I’m always asked questions about what is in our Moldflow reports and how do we approach an analysis. The answer is always the same. We run our Moldflow Process like we run our molding machines. Defined procedures and methods are followed to ensure all potential opportunities are captured. This in turn allows us to improve the manufacturability of the design and reduce its cost.
First of all, the first stage in providing an accurate and quantifiable Moldflow Process is to establish the key inputs. These are:
- Material Data – Moldflow Plastic Labs tested data provides the most accurate results. Deviation from this can reduce the accuracy of the results. (Source: Knowledge Autodesk)
- The 3D model of the component for analysis – Ideally this model should have all cosmetic fillet radii and logos/ lettering removed. Leaving these kinds of features on a model increases the analysis time or time for an analyst to manually remove them before meshing. The model should be scaled up to the nominal linear shrinkage as defined by the material manufacturer. Material data and the 3D model are the most important inputs and their quality will dictate accuracy, analysis time, and repeatability. When these inputs are established we move onto the analysis setup stage.
- Define the mesh type, density, and also carry out the mesh refinements and repairs. The model mesh affects all the analysis results.
- Define the gate locations.
- Set up the first set of process settings. The process settings should always be set up with the molding machine operator and the capabilities of the client molding machine in mind.
First Analysis Reporting
With the first analysis set completed, we review the results from the different gating options.
At this point, we can provide the first analysis report to compare the gate option results. We will also be able to select the preferred gate location for the next stage. Additionally, we make the first recommendations for any changes to the component design.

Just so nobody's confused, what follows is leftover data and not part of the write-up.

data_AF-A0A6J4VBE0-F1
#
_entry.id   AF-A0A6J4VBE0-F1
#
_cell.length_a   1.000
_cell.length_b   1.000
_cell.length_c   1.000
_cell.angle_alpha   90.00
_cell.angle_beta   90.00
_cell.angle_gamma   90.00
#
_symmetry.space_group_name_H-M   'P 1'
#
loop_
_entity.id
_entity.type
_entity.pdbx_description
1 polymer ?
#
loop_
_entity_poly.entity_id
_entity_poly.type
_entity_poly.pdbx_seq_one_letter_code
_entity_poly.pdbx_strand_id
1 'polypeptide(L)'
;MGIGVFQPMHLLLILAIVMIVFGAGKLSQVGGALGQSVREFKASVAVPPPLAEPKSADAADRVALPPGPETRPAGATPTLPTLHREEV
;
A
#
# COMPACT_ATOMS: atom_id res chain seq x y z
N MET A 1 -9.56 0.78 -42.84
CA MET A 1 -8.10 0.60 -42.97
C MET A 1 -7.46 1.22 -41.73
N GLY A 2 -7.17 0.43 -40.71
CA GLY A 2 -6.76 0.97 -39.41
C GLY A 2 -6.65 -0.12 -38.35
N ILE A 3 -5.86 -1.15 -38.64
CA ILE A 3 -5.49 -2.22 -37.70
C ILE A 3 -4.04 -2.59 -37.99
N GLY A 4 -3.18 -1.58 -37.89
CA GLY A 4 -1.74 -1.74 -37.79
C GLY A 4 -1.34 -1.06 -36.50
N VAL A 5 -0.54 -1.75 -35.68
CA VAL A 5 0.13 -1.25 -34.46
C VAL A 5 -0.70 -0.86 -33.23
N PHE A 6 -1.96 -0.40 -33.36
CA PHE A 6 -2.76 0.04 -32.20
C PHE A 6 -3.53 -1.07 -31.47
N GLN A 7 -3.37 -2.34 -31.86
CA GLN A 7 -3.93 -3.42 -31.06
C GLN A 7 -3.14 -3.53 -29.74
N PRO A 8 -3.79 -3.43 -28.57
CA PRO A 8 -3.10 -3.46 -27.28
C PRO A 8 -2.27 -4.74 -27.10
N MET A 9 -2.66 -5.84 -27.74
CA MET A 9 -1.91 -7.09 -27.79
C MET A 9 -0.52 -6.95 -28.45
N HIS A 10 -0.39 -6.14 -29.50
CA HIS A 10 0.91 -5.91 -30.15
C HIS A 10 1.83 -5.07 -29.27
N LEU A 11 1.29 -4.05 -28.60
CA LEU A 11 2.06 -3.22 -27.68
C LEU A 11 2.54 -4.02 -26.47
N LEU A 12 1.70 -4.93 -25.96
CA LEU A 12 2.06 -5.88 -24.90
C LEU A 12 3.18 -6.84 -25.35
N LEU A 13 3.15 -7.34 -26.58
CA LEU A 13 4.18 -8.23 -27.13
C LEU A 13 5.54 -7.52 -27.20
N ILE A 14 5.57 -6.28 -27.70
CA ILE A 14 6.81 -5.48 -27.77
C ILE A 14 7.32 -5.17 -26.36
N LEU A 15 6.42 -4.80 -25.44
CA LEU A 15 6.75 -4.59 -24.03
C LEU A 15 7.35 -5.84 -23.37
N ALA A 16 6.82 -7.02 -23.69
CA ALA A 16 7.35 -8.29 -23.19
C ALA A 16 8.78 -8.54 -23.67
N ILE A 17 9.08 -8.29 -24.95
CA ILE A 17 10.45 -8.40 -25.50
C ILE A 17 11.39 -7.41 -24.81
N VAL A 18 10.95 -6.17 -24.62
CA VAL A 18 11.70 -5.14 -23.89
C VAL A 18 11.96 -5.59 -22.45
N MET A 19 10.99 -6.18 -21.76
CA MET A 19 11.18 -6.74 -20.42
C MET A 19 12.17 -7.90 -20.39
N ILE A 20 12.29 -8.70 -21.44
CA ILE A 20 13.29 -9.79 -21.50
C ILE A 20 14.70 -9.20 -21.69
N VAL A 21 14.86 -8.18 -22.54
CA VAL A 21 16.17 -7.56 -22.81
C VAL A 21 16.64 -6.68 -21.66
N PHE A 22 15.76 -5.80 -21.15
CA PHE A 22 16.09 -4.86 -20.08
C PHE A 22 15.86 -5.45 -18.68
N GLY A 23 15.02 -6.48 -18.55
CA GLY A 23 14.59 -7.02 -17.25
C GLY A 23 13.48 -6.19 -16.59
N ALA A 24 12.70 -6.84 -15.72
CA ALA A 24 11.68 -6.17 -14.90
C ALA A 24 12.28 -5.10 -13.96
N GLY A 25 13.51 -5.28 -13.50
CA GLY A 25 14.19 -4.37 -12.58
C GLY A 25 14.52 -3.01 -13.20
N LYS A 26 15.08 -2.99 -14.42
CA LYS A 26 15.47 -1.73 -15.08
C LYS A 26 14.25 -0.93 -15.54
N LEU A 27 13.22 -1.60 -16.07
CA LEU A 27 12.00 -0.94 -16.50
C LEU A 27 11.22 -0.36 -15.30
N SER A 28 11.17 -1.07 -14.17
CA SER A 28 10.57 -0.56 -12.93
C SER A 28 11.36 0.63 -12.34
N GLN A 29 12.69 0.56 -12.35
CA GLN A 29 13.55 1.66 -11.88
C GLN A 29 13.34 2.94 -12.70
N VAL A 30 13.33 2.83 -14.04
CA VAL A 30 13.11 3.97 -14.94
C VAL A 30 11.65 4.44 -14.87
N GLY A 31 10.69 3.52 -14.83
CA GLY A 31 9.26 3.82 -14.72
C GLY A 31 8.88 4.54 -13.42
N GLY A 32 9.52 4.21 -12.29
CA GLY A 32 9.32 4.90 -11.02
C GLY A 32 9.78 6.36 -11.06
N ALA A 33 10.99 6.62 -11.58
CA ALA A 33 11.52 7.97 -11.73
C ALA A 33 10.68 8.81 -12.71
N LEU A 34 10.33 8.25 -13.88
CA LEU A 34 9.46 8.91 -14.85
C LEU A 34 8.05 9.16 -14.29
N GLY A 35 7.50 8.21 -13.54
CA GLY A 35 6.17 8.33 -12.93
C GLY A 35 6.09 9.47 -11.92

When the gating location is fixed, a final component model is received along with a defined feed system and cooling lane design. We then move onto the final stage. Here, the process is optimized for shrinkage, dimension control, shear rates, and warpage deflections
- Model the runner system
- Model the cooling system
- Optimize the filling and packing profiles to achieve defined shrinkage or dimensional properties and control Warpage deflections.
At this point, we put together our final report with all the results and recommendations for design changes to the component, feed system, and cooling system design.
Further analysis may be required if the recommended changes are made. Additional reports will be compiled to show the impact of these changes on the results.
Using a defined and consistent approach to Moldflow analysis ensures that all analysis results are as reliable as possible and all the processing concerns are explored and addressed.
Moldflow as a Tool of Continual Optimization
Likewise, utilizing Moldflow as a tool of continual optimization of a design from the early stages all the way through to production will result in component designs that are robust, dimensionally stable, and can be processed with normal processing ranges. Therefore, these combined with optimized mold tool design will accelerate the time to market by reducing the mold tool debugging and validation stages.
By Andrew Hodson, Managing Director, Verus Precision.